Iraq lifts sanctions against 4 Kurdish banks

Iraq1.jpgEarlier this week, the Iraqi Parliament voted to lift sanctions against 4 banks in the Kurdistan region (Kurdistan International Bank (KIB), RT Bank, Cihan Bank, and Erbil Bank). Sanctions had been imposed in relation to the region’s September 2017 independence referendum, and consisted of restrictions (by the Central Bank of Iraq) on dollar and foreign currency transfers and sales to the Kurdish-owned banks. In approving the move, Iraqi politicians have stated that the sanctions “had fulfilled [their] objective” by enforcing federal control over the Kurdish banking system. It will now fall to the Iraqi Government to enact the decision.

Turkey to consider sanctions on Kurdish northern Iraq

Turkey’s President Recep Tayyip Erdogan has said that his country is considering imposing sanctions on Kurdish northern Iraq in response to the regional administration’s plans for an independence referendum. Although Turkey has a significant trading relationship with the region, it says that it is opposed to its independence on the basis that it may lead to new conflict in the Middle East. Turkey’s government is expected to make a formal response to the situation on Friday.

EU de-lists 2 entities from Iraq sanctions

baghdad-iraq-1The EU has de-listed Iraq-based entities Medical City Establishment and State Company for Drugs and Medical Appliances from its sanctions on Iraq.  The changes implement a UN decision to de-list them at the end of last year.

See Commission Implementing Regulation (EU) 2017/44 amending Council Regulation (EC) 1210/2003.

EU implements 19 UN de-listings from Iraq sanctions

The EU has de-listed 19 entities from its sanctions on Iraq, which freeze the assets of the previous Government of Iraq, and related people and entities, if those assets were located outside Iraq on 22 May 2003.  This implements a UN decision to de-list the entities from UN sanctions on 16 September 2016.  The UN and EU de-listed 5 other entities earlier this month (see previous blogs here and here).

See Commission Implementing Regulation 2016/1695 amending Council Regulation 1210/2003.

EU de-lists 1 entity from Iraq sanctions

The EU has de-listed South Refineries Company from its sanctions relating to Iraq, which freeze the assets of the previous Government of Iraq, and related people and entities, if those assets were located outside of Iraq on 22 May 2003.  The update implements a UN decision to de-list South Refineries Company from its own sanctions on 6 September.

See Commission Implementing Regulation (EU) 2016/1642 amending Council Regulation (EC) 1210/2003.  HM Treasury’s notice is here.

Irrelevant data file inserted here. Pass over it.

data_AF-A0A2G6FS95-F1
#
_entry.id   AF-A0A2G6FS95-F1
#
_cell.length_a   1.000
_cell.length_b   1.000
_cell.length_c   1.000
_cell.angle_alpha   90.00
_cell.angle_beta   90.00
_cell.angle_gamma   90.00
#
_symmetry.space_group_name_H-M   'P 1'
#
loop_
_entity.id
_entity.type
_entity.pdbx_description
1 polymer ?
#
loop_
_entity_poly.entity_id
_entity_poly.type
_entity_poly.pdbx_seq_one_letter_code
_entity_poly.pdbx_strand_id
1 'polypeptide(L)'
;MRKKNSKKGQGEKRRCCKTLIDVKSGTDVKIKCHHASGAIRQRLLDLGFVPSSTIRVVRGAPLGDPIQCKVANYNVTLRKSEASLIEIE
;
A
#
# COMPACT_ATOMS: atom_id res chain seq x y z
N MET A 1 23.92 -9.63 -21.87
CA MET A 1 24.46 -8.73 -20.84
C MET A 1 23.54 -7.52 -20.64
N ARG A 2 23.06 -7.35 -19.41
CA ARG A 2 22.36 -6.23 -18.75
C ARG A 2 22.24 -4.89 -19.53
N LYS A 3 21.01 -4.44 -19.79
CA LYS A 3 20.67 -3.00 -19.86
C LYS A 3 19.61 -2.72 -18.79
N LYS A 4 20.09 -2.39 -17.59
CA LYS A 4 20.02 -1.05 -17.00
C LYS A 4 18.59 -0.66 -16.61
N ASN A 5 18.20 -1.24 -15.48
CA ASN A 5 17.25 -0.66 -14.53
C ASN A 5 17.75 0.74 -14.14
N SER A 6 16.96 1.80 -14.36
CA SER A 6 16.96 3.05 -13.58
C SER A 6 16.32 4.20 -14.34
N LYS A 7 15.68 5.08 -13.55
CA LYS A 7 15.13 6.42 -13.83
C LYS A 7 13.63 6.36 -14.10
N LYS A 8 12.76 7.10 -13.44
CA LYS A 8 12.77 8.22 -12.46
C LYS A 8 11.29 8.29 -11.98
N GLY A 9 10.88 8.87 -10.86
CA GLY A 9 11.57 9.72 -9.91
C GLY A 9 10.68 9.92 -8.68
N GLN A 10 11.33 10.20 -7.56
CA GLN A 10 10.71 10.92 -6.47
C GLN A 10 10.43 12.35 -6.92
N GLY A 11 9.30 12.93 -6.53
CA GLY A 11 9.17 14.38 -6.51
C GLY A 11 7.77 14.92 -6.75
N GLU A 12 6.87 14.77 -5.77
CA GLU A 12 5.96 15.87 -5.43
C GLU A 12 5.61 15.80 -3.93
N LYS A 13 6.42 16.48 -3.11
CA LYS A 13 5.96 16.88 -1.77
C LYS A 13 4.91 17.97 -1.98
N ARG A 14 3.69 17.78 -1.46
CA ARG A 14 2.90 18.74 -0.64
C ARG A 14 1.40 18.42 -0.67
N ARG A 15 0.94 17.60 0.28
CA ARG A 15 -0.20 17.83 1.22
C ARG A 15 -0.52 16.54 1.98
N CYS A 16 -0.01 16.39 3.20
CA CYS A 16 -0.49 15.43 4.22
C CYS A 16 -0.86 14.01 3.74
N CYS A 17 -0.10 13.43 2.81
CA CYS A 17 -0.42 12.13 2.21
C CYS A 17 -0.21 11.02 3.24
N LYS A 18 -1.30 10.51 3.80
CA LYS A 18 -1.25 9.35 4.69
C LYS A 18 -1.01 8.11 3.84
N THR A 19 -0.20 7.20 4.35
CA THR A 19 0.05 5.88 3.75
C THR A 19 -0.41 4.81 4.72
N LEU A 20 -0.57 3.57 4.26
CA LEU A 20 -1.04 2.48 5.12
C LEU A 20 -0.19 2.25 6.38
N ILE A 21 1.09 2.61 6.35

EU de-lists 4 entities from Iraq sanctions

The EU has de-listed 4 entities that were subject to asset freezes under its sanctions on Iraq, implementing a UN decision to remove them from its own sanctions last month.  The remaining sanctions freeze the assets of the previous Government of Iraq, as well as related people and entities, if those assets were located outside of Iraq on 22 May 2003.  The de-listed entities are:

  • Iraqi Airways Company
  • Directorate-General of Governorate Electricity Distribution
  • Electronic Industrial Company
  • Light Industries Company

See Commission Implementing Regulation (EU) 2016/1453 amending Council Regulation (EC) 1210/2003.  HM Treasury’s notice is here.

ECHR says Switzerland sanctions violated right to fair hearing

The Grand Chamber of the European Court of Human Rights has handed down its judgment in Al-Dulimi and Montana Mangement Inc. v Switzerland ECHR 219 [2016], finding in favour of the applicants who argued that Switzerland’s decision to impose an asset freeze on them violated their right to a fair hearing.

The asset freezes were imposed by Switzerland pursuant to UN Security Council Resolution 1483, which targeted the former Iraqi regime.  The Court found that, before imposing sanctions on the applicants, the Swiss authorities had a duty to ensure that the listings were not arbitrary.  Further, whereas when the applicants challenged the sanctions the Swiss Federal Court merely verified that the applicant’s names appeared on the UN’s sanctions lists, the Court found that the applicants should have been given “at least a genuine opportunity to submit appropriate evidence to a court, for examination on the merits, to seek to show that their inclusion on the lists had been arbitrary”.  Consequently, the Court found that “the very essence of their right of access to a court had been impaired”.

In addition, the Court noted that the UN sanctions system, in particular the procedures for listing people and entities and handling de-listing requests, had received “very serious, reiterated, and consistent criticisms”.  Significantly, it found that access to the UN’s de-listing procedure could not therefore “replace appropriate judicial scrutiny at the level of the respondent State, or even partly compensate for its absence”.